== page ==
My question is about the child reversing letters and numbers when they write. I have a little boy who will be 6 in October. He is a very stubborn little boy and insisted on teaching himself to write numbers and letters from posters we have up on the wall. Long story short he taught himself to hold the pencil wrong and his letter formation was awful. I purchased Handwriting Without Tears Preschool in January and we have overcome most of his writing problems. He is having a horrible time with numbers. He writes every number reversed and number combinations are written reversed and backwards. For example 911 is 119 and he doesn’t see the difference between my 911 and his written 119. We were writing numbers outside with sidewalk chalk and he saw my written number 3 and he said I can do that too Mommy and wrote 3 backwards and smiled really big. I have a degree in Early Childhood Education and taught pre-k for 4 years but none of my students did this! Did any of your children have trouble with reversals? Should I just give him more time. Any help would be appreciated. Thanks, Kayla

    • Kayla,
      Reversing letters is very common; my youngest often reversed his 3’s, 4’s and 7’s up unitil he turned 7. I wouldn’t worry yet; I’d give him some more time (6 months to a year.) One reason I’m not worried is because you said he has already overcome most of his problems with reversing letters. If he had a “diagnosable” learning problem, I think he’d still be struggling with the letters, lessons or no lessons. Here is what I’d do: Make him sandpaper letters and numbers, and have him trace them with his finger; have him make numbers out of play dough (draw large letters on construction paper, and have him roll ‘snakes” and then lay them over the lines); work on games/finger plays that use right then left hands, so that he can learn his right from his left (if he hasn’t already), and so you can tell him “twos and threes curve towards the right”; have him trace numbers (try writing them with a yellow felt tipped pen for him to trace), have him glue beans onto numbers, and so on. Puzzles and other manipulative activities that require him to recognize shapes and outlines would be helpful, too (Legos and other building toys, tray puzzles, 25-50 piece puzzles, table blocks, etc.).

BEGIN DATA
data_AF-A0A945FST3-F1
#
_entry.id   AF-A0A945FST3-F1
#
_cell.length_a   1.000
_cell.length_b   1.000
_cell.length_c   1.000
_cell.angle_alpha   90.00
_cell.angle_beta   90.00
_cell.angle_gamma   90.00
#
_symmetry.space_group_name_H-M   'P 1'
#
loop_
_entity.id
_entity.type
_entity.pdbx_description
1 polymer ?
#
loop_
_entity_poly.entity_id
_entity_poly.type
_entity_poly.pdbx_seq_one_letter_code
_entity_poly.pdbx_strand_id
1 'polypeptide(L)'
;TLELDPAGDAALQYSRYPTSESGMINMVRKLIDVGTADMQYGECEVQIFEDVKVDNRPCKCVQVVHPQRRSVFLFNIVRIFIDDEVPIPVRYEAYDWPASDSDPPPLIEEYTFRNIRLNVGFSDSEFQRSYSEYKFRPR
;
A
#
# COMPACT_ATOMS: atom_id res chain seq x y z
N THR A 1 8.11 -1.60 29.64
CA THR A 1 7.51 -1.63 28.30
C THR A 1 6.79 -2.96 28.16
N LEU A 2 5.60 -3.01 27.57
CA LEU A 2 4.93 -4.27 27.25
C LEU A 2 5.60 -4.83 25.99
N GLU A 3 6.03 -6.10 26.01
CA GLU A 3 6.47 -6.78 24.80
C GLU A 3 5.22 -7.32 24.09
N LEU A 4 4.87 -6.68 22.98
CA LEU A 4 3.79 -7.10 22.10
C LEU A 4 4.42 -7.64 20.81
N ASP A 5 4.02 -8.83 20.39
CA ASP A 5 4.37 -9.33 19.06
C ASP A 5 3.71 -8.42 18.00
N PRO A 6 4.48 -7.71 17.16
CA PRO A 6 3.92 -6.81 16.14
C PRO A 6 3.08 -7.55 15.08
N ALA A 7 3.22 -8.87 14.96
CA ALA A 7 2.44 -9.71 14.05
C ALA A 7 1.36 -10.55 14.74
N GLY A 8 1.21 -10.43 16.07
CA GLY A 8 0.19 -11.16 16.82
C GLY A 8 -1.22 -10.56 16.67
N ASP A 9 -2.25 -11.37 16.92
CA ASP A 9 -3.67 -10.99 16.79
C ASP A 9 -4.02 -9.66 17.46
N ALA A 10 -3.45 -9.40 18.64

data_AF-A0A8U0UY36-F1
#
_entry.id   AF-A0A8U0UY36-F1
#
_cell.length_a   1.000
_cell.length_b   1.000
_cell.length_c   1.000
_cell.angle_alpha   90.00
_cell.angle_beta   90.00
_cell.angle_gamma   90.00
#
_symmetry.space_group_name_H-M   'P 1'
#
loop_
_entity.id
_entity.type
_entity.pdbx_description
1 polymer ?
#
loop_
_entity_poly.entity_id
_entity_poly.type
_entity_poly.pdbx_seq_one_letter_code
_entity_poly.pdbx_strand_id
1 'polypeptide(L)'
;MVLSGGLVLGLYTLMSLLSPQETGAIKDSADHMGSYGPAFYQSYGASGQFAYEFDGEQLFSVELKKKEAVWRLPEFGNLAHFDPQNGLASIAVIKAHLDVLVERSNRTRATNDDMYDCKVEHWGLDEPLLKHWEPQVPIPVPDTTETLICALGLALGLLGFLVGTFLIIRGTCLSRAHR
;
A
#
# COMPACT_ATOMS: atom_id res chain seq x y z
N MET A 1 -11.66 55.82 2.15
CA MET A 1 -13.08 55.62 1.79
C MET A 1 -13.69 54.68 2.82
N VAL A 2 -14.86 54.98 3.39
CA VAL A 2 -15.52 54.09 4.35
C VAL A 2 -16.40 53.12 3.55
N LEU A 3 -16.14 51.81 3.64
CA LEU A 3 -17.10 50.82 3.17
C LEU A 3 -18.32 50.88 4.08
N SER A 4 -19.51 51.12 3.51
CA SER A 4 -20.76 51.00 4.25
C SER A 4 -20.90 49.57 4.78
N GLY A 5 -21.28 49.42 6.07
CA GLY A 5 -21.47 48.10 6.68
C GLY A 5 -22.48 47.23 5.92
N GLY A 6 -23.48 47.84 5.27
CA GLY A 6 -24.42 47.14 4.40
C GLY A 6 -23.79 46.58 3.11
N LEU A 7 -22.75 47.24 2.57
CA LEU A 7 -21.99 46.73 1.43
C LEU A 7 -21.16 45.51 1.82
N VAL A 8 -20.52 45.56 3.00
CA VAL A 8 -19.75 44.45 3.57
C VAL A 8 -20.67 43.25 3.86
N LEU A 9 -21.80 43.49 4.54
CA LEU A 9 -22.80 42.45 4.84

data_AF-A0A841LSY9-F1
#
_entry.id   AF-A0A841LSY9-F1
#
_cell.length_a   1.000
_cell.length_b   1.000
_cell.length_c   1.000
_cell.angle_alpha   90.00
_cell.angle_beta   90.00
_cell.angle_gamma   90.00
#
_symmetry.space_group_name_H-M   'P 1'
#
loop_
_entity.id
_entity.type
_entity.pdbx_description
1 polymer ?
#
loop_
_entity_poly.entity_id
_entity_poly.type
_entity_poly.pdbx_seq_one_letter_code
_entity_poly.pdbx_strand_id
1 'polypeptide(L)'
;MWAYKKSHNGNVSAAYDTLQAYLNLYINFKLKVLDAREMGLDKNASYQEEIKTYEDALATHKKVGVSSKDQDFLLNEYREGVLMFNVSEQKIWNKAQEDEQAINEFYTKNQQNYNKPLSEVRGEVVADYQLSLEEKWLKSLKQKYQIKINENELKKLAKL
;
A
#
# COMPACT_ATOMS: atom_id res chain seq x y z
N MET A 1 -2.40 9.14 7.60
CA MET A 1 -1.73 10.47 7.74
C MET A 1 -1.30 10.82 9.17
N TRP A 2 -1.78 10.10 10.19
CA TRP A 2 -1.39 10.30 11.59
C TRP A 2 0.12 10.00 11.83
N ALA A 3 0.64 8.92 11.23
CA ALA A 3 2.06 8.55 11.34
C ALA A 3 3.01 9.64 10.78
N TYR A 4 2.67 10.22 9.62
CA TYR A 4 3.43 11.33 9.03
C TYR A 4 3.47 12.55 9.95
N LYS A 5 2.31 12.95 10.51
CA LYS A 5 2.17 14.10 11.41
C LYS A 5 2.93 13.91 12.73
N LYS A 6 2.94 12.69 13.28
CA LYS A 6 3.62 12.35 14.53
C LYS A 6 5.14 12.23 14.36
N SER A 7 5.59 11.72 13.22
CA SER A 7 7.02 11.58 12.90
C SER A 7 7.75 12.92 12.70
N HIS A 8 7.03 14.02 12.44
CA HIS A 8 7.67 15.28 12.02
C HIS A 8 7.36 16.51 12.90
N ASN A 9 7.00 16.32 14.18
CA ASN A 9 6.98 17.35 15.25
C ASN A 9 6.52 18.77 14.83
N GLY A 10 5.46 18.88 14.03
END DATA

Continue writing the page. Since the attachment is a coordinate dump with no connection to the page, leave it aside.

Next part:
To help his struggle with longer numbers/sets of numbers, I’d have him use a finger to follow along the numbers like kids do when they are learning to read–from left to right, of course, having him tell you which number his finger comes to first, then naming the numbers, as he sees/learns them, and then write the numbers. (For example, for 9-1-1: Have him use his fingers while you ask him, “which number does your finger come to first when you read this number? Yes, the nine. So let’s write the nine first,” and so on.) Sit right there with him whenever he writes numbers or letters to make sure he gets in the habit of writing them correctly.
      You could do his math orally and with manipulatives for now, so that he can keep progressing with his learning, OR you could just do his math with him and guide his hands when he writes the answers so that he writes them correctly…OR you write the answers and have him trace over them….whatever works for you both.
      If you try these things for 6+ months and he still reverses his most of numbers most of the time, I’d contact my state-wide Christian support group and see if they can recomend a specialist nearby who can test him. It’s usually best to avoid public school entanglements. S/he would be able to tell you if there might be a learning problem going on or not, as well as give you activities/excercises of various types to do at home that will help him. Oh- and I’d also have his eyes checked right away. This could be a simple vision or eye-tracking problem.
      Let me know how it goes!
      Susan

  2. Kayla said

    Thanks so much Susan. I will start trying your suggestions this week. I appreciate all your help. Kayla

Leave a Reply

Fill in your details below or click an icon to log in:

WordPress.com Logo

You are commenting using your WordPress.com account. Log Out / Change )

Twitter picture

You are commenting using your Twitter account. Log Out / Change )

Facebook photo

You are commenting using your Facebook account. Log Out / Change )

Google+ photo

You are commenting using your Google+ account. Log Out / Change )

Connecting to %s

 
%d bloggers like this: